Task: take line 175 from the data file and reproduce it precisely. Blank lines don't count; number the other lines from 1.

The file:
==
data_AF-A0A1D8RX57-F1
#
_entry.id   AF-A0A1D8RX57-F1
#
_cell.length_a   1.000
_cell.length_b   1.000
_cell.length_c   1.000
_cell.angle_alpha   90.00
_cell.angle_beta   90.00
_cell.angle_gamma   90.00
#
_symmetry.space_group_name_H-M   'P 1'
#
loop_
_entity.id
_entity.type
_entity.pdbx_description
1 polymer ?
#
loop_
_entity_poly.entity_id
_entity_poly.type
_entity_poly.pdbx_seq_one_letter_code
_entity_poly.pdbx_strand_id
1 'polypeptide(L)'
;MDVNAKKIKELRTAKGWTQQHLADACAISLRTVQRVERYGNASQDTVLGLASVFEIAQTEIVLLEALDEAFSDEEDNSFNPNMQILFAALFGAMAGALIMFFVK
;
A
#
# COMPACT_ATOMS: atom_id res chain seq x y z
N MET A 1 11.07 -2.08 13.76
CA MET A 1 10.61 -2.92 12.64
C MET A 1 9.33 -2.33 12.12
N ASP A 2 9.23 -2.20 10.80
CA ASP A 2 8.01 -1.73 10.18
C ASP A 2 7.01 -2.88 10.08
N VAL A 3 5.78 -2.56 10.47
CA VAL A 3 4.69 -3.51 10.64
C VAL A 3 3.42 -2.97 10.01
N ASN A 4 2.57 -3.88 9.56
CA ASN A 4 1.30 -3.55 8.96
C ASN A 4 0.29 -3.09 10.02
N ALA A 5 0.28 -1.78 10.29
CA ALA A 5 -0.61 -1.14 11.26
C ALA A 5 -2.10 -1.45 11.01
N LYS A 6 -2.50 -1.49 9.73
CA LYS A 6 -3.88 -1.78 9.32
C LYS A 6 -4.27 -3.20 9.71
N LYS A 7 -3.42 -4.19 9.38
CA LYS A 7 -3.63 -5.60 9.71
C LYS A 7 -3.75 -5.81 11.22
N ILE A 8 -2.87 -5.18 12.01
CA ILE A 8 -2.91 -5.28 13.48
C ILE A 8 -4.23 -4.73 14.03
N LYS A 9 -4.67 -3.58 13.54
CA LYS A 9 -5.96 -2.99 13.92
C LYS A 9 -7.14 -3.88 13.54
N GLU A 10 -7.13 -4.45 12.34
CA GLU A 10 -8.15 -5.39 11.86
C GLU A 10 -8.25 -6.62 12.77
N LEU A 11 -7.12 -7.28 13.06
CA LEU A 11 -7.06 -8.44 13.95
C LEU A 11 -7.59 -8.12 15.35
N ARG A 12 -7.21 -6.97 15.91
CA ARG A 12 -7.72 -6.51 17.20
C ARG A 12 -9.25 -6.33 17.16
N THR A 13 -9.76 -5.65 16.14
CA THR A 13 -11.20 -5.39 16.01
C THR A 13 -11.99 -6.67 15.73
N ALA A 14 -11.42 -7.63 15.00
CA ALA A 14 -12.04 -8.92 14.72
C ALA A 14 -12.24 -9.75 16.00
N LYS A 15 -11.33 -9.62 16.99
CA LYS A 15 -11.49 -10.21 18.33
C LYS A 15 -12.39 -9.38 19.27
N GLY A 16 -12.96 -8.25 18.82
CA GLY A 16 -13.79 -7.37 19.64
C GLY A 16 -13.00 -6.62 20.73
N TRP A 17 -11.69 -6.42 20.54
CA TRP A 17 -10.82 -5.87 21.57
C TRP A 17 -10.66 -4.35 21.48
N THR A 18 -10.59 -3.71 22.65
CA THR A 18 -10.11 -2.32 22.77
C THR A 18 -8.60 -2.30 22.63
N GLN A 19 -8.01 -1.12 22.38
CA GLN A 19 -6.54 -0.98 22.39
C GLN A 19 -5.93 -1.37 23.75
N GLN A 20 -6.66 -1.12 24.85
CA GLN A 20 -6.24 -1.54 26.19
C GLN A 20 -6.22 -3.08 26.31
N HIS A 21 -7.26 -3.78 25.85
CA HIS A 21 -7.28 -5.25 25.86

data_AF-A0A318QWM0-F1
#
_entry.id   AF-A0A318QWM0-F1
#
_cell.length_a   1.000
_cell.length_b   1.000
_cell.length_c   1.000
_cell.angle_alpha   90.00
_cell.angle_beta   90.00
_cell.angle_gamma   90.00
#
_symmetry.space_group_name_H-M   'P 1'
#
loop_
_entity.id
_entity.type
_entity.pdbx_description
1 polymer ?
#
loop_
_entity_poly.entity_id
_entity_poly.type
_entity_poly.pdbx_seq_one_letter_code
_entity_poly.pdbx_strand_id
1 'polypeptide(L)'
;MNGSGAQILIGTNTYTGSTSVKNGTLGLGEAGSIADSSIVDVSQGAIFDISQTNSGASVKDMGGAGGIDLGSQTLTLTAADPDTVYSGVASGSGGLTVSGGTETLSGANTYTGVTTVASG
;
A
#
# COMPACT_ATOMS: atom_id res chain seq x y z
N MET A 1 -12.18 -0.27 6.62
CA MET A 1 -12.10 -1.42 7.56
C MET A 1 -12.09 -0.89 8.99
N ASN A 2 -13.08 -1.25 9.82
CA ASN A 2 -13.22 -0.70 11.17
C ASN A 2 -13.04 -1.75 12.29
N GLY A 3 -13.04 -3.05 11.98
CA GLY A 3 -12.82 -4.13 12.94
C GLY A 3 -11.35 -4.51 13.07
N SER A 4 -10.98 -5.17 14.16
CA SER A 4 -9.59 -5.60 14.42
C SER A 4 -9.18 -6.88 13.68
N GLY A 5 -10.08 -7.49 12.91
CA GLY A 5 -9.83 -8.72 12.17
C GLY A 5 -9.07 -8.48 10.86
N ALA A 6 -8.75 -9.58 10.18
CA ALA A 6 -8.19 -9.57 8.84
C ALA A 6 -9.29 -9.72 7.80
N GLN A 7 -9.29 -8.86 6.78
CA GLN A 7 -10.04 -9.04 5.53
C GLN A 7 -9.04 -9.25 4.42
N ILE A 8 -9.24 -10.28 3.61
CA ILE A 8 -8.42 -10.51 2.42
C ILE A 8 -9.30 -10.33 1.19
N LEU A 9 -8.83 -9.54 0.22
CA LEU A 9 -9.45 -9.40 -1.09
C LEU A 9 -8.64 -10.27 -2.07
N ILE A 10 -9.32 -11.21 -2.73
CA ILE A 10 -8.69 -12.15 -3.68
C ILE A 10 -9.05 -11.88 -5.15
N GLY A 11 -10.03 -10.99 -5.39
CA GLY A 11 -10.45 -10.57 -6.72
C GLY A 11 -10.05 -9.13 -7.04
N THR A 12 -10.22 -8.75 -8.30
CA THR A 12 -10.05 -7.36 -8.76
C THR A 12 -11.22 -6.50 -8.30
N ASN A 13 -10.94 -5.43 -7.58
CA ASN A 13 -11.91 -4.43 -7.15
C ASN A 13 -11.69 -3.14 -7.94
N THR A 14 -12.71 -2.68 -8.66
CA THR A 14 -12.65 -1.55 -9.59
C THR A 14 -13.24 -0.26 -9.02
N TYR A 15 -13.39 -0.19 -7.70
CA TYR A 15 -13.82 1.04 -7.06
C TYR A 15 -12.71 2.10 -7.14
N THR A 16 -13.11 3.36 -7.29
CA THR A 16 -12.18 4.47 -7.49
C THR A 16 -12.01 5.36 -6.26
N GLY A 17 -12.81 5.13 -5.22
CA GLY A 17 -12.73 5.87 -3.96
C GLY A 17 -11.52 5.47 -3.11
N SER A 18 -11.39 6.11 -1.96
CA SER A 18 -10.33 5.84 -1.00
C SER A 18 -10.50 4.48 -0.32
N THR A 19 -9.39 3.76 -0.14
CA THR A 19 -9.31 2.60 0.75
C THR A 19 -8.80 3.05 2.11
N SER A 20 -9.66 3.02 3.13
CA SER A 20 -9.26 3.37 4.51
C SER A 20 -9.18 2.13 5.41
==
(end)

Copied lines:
CA SER A 18 -10.33 5.84 -1.00